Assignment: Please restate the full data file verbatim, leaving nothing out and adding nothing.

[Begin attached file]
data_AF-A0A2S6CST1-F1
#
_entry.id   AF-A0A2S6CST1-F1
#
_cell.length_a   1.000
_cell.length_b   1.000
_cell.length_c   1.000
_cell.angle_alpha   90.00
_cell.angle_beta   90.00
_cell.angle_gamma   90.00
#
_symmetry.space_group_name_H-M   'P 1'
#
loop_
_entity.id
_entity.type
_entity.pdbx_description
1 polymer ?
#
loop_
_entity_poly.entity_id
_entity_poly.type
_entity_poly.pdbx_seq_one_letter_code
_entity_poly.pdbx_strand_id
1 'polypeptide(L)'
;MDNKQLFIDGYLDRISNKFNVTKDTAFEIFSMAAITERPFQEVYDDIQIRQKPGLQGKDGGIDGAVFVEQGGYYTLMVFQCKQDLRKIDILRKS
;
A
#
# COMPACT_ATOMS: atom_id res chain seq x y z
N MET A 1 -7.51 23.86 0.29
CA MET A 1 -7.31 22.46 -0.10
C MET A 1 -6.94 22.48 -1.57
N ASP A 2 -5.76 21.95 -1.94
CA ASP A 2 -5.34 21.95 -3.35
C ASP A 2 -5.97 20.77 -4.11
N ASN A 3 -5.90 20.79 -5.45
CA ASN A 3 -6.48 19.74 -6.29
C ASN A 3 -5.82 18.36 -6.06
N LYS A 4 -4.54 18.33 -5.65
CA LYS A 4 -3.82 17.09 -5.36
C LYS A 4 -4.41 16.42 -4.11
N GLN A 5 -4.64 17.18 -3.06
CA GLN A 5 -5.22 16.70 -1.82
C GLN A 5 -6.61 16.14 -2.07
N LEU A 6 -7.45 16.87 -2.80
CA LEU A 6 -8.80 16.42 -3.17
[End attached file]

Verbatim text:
data_AF-A0A2S6CST1-F1
#
_entry.id   AF-A0A2S6CST1-F1
#
_cell.length_a   1.000
_cell.length_b   1.000
_cell.length_c   1.000
_cell.angle_alpha   90.00
_cell.angle_beta   90.00
_cell.angle_gamma   90.00
#
_symmetry.space_group_name_H-M   'P 1'
#
loop_
_entity.id
_entity.type
_entity.pdbx_description
1 polymer ?
#
loop_
_entity_poly.entity_id
_entity_poly.type
_entity_poly.pdbx_seq_one_letter_code
_entity_poly.pdbx_strand_id
1 'polypeptide(L)'
;MDNKQLFIDGYLDRISNKFNVTKDTAFEIFSMAAITERPFQEVYDDIQIRQKPGLQGKDGGIDGAVFVEQGGYYTLMVFQCKQDLRKIDILRKS
;
A
#
# COMPACT_ATOMS: atom_id res chain seq x y z
N MET A 1 -7.51 23.86 0.29
CA MET A 1 -7.31 22.46 -0.10
C MET A 1 -6.94 22.48 -1.57
N ASP A 2 -5.76 21.95 -1.94
CA ASP A 2 -5.34 21.95 -3.35
C ASP A 2 -5.97 20.77 -4.11
N ASN A 3 -5.90 20.79 -5.45
CA ASN A 3 -6.48 19.74 -6.29
C ASN A 3 -5.82 18.36 -6.06
N LYS A 4 -4.54 18.33 -5.65
CA LYS A 4 -3.82 17.09 -5.36
C LYS A 4 -4.41 16.42 -4.11
N GLN A 5 -4.64 17.18 -3.06
CA GLN A 5 -5.22 16.70 -1.82
C GLN A 5 -6.61 16.14 -2.07
N LEU A 6 -7.45 16.87 -2.80
CA LEU A 6 -8.80 16.42 -3.17